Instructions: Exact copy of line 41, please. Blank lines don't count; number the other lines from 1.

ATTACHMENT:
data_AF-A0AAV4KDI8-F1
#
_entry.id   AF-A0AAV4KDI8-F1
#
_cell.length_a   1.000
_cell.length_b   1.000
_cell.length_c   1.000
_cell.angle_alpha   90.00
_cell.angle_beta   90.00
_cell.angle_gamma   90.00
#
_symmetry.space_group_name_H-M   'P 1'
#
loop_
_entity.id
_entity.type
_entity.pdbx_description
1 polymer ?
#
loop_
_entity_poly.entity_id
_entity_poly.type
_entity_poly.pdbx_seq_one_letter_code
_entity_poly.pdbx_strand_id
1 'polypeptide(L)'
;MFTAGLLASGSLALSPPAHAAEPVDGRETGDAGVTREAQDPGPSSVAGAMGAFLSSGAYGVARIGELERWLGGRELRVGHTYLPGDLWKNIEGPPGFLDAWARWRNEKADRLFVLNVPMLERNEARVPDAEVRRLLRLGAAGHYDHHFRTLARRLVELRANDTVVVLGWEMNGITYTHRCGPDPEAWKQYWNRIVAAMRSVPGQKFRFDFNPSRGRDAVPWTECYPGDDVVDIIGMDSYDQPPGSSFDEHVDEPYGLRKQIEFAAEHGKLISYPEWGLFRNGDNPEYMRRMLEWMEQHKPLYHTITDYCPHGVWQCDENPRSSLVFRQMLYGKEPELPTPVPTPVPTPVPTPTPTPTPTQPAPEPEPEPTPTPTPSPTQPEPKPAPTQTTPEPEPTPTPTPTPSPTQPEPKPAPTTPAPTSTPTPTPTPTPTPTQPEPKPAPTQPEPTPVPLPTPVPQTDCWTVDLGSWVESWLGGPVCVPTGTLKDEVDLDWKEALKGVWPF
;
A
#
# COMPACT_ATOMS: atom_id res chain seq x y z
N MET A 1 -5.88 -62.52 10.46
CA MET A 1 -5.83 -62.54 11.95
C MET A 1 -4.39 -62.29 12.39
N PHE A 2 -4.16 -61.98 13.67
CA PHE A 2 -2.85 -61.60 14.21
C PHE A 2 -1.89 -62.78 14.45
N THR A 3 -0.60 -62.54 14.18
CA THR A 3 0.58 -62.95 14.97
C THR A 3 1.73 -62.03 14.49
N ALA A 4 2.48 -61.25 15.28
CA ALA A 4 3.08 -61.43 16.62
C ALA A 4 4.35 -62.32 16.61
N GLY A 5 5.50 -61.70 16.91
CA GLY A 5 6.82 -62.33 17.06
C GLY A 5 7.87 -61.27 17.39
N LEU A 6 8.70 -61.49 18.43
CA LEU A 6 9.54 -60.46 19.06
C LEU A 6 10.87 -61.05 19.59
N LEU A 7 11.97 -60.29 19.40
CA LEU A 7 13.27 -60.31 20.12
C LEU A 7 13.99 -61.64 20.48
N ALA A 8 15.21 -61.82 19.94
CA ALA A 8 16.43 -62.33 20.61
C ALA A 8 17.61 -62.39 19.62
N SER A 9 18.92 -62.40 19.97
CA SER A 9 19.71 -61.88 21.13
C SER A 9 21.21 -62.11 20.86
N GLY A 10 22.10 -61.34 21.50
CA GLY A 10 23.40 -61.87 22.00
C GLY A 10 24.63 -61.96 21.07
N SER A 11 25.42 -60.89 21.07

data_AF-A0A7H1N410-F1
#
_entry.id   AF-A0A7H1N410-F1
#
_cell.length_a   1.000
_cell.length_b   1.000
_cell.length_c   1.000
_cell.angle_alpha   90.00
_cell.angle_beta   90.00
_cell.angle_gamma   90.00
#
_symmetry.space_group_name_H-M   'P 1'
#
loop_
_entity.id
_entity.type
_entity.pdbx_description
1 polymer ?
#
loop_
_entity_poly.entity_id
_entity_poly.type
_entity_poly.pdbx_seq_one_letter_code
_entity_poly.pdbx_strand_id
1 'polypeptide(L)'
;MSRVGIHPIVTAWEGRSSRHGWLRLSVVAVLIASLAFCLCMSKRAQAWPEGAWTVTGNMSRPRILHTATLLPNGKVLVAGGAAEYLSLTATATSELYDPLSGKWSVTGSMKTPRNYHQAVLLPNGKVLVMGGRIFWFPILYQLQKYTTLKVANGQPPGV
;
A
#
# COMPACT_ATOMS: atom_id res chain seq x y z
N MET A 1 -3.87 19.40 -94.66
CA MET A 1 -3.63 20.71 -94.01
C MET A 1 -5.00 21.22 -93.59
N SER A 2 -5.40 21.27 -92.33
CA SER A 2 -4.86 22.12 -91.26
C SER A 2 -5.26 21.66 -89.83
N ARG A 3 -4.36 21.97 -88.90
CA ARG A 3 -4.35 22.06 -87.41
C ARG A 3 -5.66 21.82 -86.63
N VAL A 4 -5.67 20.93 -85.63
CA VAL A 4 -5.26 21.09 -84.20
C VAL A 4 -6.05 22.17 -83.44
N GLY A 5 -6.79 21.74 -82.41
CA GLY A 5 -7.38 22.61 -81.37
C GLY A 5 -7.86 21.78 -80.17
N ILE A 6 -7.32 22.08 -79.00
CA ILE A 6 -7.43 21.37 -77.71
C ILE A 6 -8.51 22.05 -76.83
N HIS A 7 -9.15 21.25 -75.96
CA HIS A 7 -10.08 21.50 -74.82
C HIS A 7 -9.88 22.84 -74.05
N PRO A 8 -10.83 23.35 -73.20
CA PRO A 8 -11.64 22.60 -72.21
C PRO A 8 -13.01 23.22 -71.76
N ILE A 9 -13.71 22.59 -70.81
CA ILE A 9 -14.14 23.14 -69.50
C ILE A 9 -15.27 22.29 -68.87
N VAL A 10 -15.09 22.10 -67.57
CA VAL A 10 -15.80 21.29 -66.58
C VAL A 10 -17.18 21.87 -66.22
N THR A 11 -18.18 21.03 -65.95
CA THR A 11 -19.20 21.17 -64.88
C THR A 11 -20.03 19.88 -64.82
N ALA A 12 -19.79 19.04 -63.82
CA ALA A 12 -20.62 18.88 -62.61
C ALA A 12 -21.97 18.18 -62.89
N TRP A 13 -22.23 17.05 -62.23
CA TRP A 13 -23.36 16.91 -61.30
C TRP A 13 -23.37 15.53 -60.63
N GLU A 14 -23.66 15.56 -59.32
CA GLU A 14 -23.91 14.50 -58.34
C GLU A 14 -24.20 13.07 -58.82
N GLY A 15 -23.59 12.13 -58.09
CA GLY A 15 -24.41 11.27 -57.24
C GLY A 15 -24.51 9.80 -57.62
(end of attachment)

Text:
CA ALA A 4 3.08 -61.43 16.62